All medical aesthetic procedures that breach the skin’s integrity should merit the application of sterile gloves. It is important to carefully don sterile gloves to protect the patient, but it is as equally important to remove gloves correctly to reduce the risk of contamination to the practitioner.

Aseptic technique

Aseptic technique can be defined as a healthcare procedure designed to minimise the risks of exposing a patient to pathogenic micro-organisms during simple and complex procedures36 The application of aseptic technique is central to reducing healthcare associated infections. It is presumed that healthcare professionals reading this guidance are experienced in the execution of aseptic technique thus precluding the need to give a step-by-step account within this guidance. Aseptic technique must be applied when administering dermal filler.

Dermal filler-associated infections

Infection rates after the injection of dermal filler are reported in the literature as low32 However, the author postulates that there is a growing body of evidence to support that complications once thought to be of an immunogenic nature are in fact of an infectious nature. This is compounded by the reluctance of practitioners to report complications gives rise to the likelihood of inaccurate data on infection rates associated with dermal fillers27

There is no universal reporting system in place to collate accurate data regarding infection rates. The literature supports that the most common infections arise when skin contaminants infiltrate the site of injection at the time of injection32 (Refer to the Aesthetic Complications Guidelines on Acute Infection).

 This would suggest that inadequate skin disinfection prior to injecting plays a significant role in this process. This is further supported in the work of Wagner who also reports microbes being introduced through direct inoculation during injection or by the haematologic spread of a systemic infection31 Clinical evidence supports that if active infections such as sinusitis, periodontal disease, ear, nose, or throat infections are present at the time of injecting dermal filler, there is a risk the infection could subsequently invade the implanted filler material inducing a biofilm. It is therefore imperative that patients are well and infection free at the time of injecting.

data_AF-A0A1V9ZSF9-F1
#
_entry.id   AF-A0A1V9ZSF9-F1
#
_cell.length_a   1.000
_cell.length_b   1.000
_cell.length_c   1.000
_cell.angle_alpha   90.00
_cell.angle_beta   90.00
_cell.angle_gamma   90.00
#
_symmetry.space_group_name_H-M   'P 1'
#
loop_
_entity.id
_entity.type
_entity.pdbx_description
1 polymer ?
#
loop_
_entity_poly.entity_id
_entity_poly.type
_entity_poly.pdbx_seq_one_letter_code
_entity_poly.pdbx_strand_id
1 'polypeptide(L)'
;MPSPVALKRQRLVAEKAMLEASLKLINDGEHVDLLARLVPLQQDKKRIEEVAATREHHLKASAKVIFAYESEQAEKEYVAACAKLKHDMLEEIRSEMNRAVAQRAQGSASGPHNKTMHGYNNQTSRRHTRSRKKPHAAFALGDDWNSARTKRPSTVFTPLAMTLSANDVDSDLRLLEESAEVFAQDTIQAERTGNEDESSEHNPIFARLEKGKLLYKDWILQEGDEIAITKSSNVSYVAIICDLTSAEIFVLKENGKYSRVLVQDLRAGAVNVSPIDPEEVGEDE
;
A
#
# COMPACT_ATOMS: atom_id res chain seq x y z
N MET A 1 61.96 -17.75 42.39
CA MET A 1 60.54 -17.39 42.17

Furthermore, there is a substantial volume of evidence in the literature to support that infections that originate in the sinuses, face, ears or oral cavity have the potential to drain into the cavernous sinus with grave life-threatening consequences, dermal filler associated infection in these areas are no except44,45 Cavernous sinus Infection can lead to the formation of multiple abscesses and result in neurological and/or ophthalmological damage.

A septic cavernous sinus thrombosis has the potential to occlude the retinal artery leading to permanent iatrogenic blindness44 This strongly supports why infection control within aesthetic medicine must be taken very seriously; because the consequences of inaction could prove to be catastrophic or indeed, fatal.

Acute skin infection

Acute skin infections can present as a localised skin infection, deeper cellulitis, or abscess formation31 Symptoms typically develop over three to seven days and include redness, heat, pain, inflammation and swelling32 A nodule or pustule may form and systemic symptoms of infection may also be present.